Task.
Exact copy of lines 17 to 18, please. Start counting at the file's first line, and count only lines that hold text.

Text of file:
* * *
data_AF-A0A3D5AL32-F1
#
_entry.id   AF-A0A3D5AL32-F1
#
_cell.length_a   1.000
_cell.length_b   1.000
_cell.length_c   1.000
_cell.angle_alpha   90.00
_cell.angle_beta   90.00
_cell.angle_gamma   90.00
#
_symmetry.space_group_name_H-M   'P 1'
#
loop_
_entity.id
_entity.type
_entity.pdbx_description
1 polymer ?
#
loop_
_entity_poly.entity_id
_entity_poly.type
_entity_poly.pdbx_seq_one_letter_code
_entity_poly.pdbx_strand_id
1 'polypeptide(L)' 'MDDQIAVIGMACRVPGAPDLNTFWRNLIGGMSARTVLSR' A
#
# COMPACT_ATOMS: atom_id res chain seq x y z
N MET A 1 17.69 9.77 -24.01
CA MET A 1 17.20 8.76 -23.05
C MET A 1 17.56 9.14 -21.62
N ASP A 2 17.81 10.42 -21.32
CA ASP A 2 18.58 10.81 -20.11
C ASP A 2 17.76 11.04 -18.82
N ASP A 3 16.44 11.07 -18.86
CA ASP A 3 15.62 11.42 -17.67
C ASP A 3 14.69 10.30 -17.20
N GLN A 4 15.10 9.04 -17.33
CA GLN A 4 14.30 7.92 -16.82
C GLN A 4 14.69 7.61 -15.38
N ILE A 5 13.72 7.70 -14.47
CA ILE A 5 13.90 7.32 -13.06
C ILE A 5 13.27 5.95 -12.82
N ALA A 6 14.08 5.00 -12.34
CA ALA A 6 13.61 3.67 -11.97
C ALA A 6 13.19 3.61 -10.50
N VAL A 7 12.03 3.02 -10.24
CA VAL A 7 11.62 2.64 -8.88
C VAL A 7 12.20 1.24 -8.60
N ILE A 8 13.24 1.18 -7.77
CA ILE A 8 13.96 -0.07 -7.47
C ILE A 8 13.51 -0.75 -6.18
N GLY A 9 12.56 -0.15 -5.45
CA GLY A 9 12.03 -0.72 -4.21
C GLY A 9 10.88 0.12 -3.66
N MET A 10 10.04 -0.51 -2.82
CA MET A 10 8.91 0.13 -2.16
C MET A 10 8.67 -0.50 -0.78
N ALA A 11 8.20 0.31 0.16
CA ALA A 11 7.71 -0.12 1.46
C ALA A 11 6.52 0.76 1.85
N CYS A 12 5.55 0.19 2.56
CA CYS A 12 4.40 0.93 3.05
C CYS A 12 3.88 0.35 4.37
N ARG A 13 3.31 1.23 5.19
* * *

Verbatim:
_entity.pdbx_description
1 polymer ?